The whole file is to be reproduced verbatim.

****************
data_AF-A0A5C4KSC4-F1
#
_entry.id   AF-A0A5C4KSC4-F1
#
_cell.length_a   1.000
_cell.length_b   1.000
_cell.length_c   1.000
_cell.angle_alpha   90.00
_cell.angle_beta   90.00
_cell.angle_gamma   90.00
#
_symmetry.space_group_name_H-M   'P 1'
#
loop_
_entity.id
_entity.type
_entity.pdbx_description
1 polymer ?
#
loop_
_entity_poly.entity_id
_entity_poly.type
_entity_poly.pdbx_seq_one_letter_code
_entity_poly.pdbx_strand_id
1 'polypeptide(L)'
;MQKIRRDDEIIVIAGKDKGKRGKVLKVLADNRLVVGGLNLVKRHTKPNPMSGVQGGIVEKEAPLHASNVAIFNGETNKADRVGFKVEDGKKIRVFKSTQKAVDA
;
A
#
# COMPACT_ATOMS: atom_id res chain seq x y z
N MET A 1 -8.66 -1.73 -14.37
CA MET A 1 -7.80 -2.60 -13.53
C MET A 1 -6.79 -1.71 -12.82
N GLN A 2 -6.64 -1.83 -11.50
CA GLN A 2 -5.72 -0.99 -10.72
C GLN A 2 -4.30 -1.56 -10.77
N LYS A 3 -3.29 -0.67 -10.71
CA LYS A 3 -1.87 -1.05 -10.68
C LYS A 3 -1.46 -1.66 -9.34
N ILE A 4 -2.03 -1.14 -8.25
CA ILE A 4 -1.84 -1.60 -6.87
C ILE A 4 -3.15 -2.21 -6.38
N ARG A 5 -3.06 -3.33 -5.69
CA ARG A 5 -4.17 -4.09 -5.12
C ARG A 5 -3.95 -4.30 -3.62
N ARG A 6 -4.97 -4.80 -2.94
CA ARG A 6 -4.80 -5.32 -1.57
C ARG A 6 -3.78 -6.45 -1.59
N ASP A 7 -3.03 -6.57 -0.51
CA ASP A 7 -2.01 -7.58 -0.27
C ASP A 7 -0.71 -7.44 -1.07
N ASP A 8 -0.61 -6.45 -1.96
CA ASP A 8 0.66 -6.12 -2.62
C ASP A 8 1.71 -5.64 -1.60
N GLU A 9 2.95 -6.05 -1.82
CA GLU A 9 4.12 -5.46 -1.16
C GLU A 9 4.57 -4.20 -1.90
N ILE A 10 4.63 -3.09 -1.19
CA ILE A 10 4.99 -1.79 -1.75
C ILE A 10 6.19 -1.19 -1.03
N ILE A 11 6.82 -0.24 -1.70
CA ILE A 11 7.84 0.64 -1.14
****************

data_AF-A0A5C4KSC4-F1
#
_entry.id   AF-A0A5C4KSC4-F1
#
_cell.length_a   1.000
_cell.length_b   1.000
_cell.length_c   1.000
_cell.angle_alpha   90.00
_cell.angle_beta   90.00
_cell.angle_gamma   90.00
#
_symmetry.space_group_name_H-M   'P 1'
#
loop_
_entity.id
_entity.type
_entity.pdbx_description
1 polymer ?
#
loop_
_entity_poly.entity_id
_entity_poly.type
_entity_poly.pdbx_seq_one_letter_code
_entity_poly.pdbx_strand_id
1 'polypeptide(L)'
;MQKIRRDDEIIVIAGKDKGKRGKVLKVLADNRLVVGGLNLVKRHTKPNPMSGVQGGIVEKEAPLHASNVAIFNGETNKADRVGFKVEDGKKIRVFKSTQKAVDA
;
A
#
# COMPACT_ATOMS: atom_id res chain seq x y z
N MET A 1 -8.66 -1.73 -14.37
CA MET A 1 -7.80 -2.60 -13.53
C MET A 1 -6.79 -1.71 -12.82
N GLN A 2 -6.64 -1.83 -11.50
CA GLN A 2 -5.72 -0.99 -10.72
C GLN A 2 -4.30 -1.56 -10.77
N LYS A 3 -3.29 -0.67 -10.71
CA LYS A 3 -1.87 -1.05 -10.68
C LYS A 3 -1.46 -1.66 -9.34
N ILE A 4 -2.03 -1.14 -8.25
CA ILE A 4 -1.84 -1.60 -6.87
C ILE A 4 -3.15 -2.21 -6.38
N ARG A 5 -3.06 -3.33 -5.69
CA ARG A 5 -4.17 -4.09 -5.12
C ARG A 5 -3.95 -4.30 -3.62
N ARG A 6 -4.97 -4.80 -2.94
CA ARG A 6 -4.80 -5.32 -1.57
C ARG A 6 -3.78 -6.45 -1.59
N ASP A 7 -3.03 -6.57 -0.51
CA ASP A 7 -2.01 -7.58 -0.27
C ASP A 7 -0.71 -7.44 -1.07
N ASP A 8 -0.61 -6.45 -1.96
CA ASP A 8 0.66 -6.12 -2.62
C ASP A 8 1.71 -5.64 -1.60
N GLU A 9 2.95 -6.05 -1.82
CA GLU A 9 4.12 -5.46 -1.16
C GLU A 9 4.57 -4.20 -1.90
N ILE A 10 4.63 -3.09 -1.19
CA ILE A 10 4.99 -1.79 -1.75
C ILE A 10 6.19 -1.19 -1.03
N ILE A 11 6.82 -0.24 -1.70
CA ILE A 11 7.84 0.64 -1.14